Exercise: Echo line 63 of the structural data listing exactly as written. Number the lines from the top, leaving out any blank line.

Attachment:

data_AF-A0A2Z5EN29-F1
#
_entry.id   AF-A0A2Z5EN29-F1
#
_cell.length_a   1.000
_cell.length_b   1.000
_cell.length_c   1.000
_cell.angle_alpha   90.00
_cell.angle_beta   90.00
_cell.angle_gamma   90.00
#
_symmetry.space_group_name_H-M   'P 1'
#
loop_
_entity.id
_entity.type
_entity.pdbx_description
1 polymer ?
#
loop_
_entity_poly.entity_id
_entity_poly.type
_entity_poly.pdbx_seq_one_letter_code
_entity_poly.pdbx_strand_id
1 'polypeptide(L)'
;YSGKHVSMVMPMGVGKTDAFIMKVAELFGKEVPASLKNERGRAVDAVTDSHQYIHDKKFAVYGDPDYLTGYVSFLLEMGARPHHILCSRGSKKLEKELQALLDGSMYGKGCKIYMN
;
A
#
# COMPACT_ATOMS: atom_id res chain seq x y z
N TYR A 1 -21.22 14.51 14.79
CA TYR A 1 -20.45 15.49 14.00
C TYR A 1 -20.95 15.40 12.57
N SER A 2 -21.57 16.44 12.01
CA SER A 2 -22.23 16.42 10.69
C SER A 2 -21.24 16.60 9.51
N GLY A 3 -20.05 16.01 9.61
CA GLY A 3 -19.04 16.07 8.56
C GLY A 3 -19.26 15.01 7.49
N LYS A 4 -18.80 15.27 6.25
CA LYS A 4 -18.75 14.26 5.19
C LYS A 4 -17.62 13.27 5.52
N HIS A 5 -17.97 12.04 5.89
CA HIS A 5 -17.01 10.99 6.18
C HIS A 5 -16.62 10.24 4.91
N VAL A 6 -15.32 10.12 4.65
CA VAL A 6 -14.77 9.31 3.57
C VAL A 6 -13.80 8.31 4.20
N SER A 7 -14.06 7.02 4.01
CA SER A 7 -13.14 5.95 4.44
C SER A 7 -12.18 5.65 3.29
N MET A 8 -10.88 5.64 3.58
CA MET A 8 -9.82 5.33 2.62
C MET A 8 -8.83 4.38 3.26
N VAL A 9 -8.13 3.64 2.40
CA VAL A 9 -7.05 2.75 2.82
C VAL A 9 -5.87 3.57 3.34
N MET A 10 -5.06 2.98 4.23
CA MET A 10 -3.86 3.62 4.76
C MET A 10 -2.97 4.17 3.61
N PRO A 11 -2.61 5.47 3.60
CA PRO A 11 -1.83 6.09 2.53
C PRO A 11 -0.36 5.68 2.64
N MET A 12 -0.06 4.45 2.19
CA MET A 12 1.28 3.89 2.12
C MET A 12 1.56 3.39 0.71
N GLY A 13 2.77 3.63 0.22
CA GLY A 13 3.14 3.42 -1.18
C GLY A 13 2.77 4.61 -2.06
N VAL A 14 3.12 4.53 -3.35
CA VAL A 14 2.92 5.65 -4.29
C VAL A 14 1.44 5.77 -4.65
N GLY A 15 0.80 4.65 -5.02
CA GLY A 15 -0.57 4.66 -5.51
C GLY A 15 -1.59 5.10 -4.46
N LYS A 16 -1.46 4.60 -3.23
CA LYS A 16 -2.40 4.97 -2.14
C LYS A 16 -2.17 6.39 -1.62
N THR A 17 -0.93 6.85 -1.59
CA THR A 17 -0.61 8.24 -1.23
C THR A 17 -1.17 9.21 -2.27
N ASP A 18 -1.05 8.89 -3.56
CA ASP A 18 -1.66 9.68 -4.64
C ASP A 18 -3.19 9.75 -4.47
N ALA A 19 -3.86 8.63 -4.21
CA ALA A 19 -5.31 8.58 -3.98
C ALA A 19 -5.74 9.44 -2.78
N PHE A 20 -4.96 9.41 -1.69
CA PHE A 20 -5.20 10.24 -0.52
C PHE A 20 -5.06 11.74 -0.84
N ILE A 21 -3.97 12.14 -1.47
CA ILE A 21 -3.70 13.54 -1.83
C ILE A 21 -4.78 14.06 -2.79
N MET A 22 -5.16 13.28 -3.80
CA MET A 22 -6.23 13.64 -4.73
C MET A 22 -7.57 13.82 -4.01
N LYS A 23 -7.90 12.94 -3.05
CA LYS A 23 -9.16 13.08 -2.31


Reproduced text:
C PRO A 11 -0.36 5.68 2.64